Yesterday afternoon I transcribed the part of Eugene Melnyk’s conversation with Roger Lajoie on the Fan 590 that pertained to the Ottawa Senators and their quest to return to prominency. In case you missed it, here’s what was said:
Q: What kind of an offseason do you expect in Ottawa Eugene? How long of a process do you see this rebuild taking?
A: “Well it’s interesting. When I made up my mind, I was looking at a three or four year process. And all of a sudden you see these young kids stepping up. I gotta stop calling them kids… these young adults start stepping up the way they have. Starting to beat up on teams that are supposed to be unbeatable. Winning streaks… You know, where is this all coming from? And Bryan (Murray) was very confident when we first made the decision. He says, “Eugene, don’t think is a three or four year process. This could be a year or two. We could be competitive next year but the year after that, if some of the guys step up and we get the goaltending we need, we could be there in two years… maybe three tops. It’s not bad! If I knew that in the beginning, I would have made the decision a long time ago. (laughter)” Over on Twitter, I poked a little fun at the owner’s expense and it provoked some comments from fellow members of the Sens blogosphere:
He’s the owner. Not sure what you expect him to say. ~ SensChirp
Because his goal is to make money, not be completely transparent and imply to fans they need not show up for the next 2 seasons. ~ Travis Yost
Ideally I’d prefer for him to say nothing and avoid the limelight (for the wrong reasons) and be more like the the Robert Krafts, Mike Illitchs and John Henrys of the world. He should give his hockey ops people to more autonomy or looking into re-investing money that has typically been designated for a maxed out payroll and instead using it to invest in scouting, player development and non-traditional resources/consulting that can complement the organization’s decision making and help give the Senators a competitive advantage during a time when the parity and landscape in the NHL is balanced.
If Melnyk’s goal to make a pile of money off of the Ottawa Senators, he’s in the wrong business. He doesn’t have to be transparent because there’s no benefit to publicly disclose any kind of time frame for when the Senators might be contenders again. Instead, he opted to use words and a tone that conveyed the message that the timeline to contend for a Stanley Cup has been accelerated based off a small sample size of games featuring inflated goaltending numbers.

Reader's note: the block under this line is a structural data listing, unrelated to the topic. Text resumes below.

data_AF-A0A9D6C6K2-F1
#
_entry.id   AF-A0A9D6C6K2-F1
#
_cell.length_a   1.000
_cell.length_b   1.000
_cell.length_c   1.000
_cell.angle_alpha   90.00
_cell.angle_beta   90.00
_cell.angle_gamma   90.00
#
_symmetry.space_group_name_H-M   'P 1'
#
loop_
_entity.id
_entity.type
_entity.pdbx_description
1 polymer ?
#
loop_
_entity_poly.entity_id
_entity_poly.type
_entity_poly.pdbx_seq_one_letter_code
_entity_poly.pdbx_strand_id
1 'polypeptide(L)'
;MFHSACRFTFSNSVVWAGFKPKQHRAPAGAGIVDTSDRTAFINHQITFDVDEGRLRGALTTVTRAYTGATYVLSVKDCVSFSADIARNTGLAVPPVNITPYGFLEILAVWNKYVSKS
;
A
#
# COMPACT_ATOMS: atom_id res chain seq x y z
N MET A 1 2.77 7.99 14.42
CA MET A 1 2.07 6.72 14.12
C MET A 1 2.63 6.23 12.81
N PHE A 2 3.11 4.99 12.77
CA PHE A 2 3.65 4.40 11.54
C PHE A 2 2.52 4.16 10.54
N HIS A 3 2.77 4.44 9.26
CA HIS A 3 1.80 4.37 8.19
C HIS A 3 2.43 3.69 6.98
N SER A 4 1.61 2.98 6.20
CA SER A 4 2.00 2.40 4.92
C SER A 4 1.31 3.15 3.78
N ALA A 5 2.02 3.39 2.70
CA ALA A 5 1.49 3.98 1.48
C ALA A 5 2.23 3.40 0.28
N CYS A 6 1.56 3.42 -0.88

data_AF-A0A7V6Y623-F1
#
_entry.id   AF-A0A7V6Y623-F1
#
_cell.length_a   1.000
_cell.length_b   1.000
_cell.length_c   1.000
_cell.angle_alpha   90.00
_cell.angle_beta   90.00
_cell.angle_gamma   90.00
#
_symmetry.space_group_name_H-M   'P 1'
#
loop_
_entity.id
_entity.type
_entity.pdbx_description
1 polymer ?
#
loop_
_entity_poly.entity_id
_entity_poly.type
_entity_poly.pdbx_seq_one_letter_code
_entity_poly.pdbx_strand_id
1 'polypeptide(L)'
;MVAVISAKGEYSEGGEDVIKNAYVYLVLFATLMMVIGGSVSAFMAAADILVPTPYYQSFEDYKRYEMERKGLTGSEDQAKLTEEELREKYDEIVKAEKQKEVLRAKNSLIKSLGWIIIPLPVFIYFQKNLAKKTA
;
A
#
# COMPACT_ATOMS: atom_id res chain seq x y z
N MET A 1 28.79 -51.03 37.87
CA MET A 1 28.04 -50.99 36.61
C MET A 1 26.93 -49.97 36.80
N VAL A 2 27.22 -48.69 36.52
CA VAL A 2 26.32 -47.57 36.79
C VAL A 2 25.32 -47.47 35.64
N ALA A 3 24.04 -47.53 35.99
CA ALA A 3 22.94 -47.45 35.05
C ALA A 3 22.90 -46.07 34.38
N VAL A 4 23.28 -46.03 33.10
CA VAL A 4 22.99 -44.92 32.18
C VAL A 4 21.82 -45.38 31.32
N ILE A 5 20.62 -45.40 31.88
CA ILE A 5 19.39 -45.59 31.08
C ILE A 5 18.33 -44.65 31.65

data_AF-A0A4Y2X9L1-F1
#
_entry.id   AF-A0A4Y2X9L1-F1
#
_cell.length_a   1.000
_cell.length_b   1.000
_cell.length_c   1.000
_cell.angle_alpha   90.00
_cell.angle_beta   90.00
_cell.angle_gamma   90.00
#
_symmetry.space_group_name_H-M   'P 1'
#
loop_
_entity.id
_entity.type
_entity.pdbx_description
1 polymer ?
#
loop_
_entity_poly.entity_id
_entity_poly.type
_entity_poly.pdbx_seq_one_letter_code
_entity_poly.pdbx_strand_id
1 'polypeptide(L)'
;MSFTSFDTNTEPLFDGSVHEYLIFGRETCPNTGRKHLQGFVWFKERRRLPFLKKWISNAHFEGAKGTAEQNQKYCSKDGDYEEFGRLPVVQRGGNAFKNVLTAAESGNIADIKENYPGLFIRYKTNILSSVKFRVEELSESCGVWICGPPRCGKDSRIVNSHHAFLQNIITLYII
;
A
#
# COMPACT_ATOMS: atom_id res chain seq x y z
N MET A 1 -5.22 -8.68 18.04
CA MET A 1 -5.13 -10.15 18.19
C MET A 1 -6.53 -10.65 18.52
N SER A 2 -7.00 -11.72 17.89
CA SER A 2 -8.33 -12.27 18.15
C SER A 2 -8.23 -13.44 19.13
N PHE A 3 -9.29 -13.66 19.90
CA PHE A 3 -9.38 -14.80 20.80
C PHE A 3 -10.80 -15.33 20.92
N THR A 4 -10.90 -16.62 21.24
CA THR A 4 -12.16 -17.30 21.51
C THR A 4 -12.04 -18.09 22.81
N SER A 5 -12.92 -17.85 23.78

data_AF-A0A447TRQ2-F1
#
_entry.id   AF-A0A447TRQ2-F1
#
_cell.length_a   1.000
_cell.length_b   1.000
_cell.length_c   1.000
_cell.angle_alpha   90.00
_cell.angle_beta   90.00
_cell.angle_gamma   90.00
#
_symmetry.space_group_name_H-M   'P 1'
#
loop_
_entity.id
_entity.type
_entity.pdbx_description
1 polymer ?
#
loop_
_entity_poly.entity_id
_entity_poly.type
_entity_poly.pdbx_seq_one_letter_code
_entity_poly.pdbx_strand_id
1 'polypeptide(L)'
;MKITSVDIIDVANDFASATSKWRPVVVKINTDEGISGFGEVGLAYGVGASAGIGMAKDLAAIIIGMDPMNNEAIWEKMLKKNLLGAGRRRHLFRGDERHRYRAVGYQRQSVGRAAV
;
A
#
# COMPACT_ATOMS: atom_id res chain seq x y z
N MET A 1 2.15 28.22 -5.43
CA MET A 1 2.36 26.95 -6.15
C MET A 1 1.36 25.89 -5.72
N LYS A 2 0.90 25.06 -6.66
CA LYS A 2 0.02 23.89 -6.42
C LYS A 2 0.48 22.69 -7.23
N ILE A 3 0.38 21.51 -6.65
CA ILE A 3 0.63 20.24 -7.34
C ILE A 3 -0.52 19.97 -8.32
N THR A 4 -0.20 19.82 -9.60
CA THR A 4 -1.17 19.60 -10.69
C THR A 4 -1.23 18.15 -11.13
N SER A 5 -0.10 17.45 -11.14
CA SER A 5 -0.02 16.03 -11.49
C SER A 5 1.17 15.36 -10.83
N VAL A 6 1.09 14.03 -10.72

Had he simply said something along the lines of…
“Despite the recent success that we’ve had, the long-term plan to build a winner that can enjoy sustained success on an annual basis. Obviously we’d prefer to get to that point as quickly as possible but we want to do it responsibly. We don’t want to make shortsighted signings or trades that deviate from our plan of winning over the long term. We’re asking our fans to be patient through this process but as you can clearly see from the recent number of games, it’s an exciting time for fans. We have a bunch of exuberant young talent that is fun to watch but right now, we don’t have enough of it yet at the NHL level. We’re going to keep building on this base and the results will eventually speak for themselves. When that’s going to be, I’m not going to say but our fans should rest assured that our mandate has not changed.”
It would have been better. So much better.
I’ve always found the Coyotes situation to be intriguing because head coach Dave Tippett is currently enjoying his second successful season behind the bench and as such, he’s receiving some praise as a potential Jack Adams candidate. However, following the Sens game last night I partook in some NHL boxscore gazing and couldn’t help but notice that in Phoenix’s 4-3 win over the Calgary Flames, Kyle Turris played a paltry 8 minutes and 45 seconds while Michael Boedker had 6 minutes and 36 seconds of ice-time. I admit that I don’t watch many Coyotes games but I was wondering how much flack a coach or organization should receive for balancing the development of these young prospects with winning. A quick look at Phoenix’s statistics indicate that these two players are producing despite their lack of ice-time and when I looked at their production per 60 minutes of ice-time, Boedker and Turris rank first and second on the team.
Perhaps these are the kind of young offensive players that Ottawa should be targetting in a trade.